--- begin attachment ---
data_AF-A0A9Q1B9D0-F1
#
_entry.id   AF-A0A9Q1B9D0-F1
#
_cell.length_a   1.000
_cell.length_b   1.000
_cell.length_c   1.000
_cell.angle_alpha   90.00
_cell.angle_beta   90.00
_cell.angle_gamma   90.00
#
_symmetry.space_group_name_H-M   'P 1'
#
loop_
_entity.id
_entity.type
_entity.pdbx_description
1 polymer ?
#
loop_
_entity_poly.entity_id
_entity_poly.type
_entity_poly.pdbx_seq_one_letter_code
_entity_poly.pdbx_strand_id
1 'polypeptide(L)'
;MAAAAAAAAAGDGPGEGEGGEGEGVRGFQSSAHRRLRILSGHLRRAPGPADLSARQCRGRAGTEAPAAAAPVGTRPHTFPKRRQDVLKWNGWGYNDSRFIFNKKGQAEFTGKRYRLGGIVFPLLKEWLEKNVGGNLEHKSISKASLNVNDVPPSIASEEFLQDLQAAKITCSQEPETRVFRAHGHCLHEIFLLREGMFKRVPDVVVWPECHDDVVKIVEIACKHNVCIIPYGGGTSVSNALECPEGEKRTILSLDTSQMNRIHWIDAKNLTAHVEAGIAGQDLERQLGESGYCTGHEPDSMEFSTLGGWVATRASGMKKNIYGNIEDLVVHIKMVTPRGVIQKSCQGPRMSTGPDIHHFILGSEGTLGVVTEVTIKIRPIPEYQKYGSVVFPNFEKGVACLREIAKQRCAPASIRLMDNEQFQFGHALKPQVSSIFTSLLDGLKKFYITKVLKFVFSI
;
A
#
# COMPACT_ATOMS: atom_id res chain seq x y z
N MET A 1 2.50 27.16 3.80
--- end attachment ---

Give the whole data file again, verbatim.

data_AF-A0A9Q1B9D0-F1
#
_entry.id   AF-A0A9Q1B9D0-F1
#
_cell.length_a   1.000
_cell.length_b   1.000
_cell.length_c   1.000
_cell.angle_alpha   90.00
_cell.angle_beta   90.00
_cell.angle_gamma   90.00
#
_symmetry.space_group_name_H-M   'P 1'
#
loop_
_entity.id
_entity.type
_entity.pdbx_description
1 polymer ?
#
loop_
_entity_poly.entity_id
_entity_poly.type
_entity_poly.pdbx_seq_one_letter_code
_entity_poly.pdbx_strand_id
1 'polypeptide(L)'
;MAAAAAAAAAGDGPGEGEGGEGEGVRGFQSSAHRRLRILSGHLRRAPGPADLSARQCRGRAGTEAPAAAAPVGTRPHTFPKRRQDVLKWNGWGYNDSRFIFNKKGQAEFTGKRYRLGGIVFPLLKEWLEKNVGGNLEHKSISKASLNVNDVPPSIASEEFLQDLQAAKITCSQEPETRVFRAHGHCLHEIFLLREGMFKRVPDVVVWPECHDDVVKIVEIACKHNVCIIPYGGGTSVSNALECPEGEKRTILSLDTSQMNRIHWIDAKNLTAHVEAGIAGQDLERQLGESGYCTGHEPDSMEFSTLGGWVATRASGMKKNIYGNIEDLVVHIKMVTPRGVIQKSCQGPRMSTGPDIHHFILGSEGTLGVVTEVTIKIRPIPEYQKYGSVVFPNFEKGVACLREIAKQRCAPASIRLMDNEQFQFGHALKPQVSSIFTSLLDGLKKFYITKVLKFVFSI
;
A
#
# COMPACT_ATOMS: atom_id res chain seq x y z
N MET A 1 2.50 27.16 3.80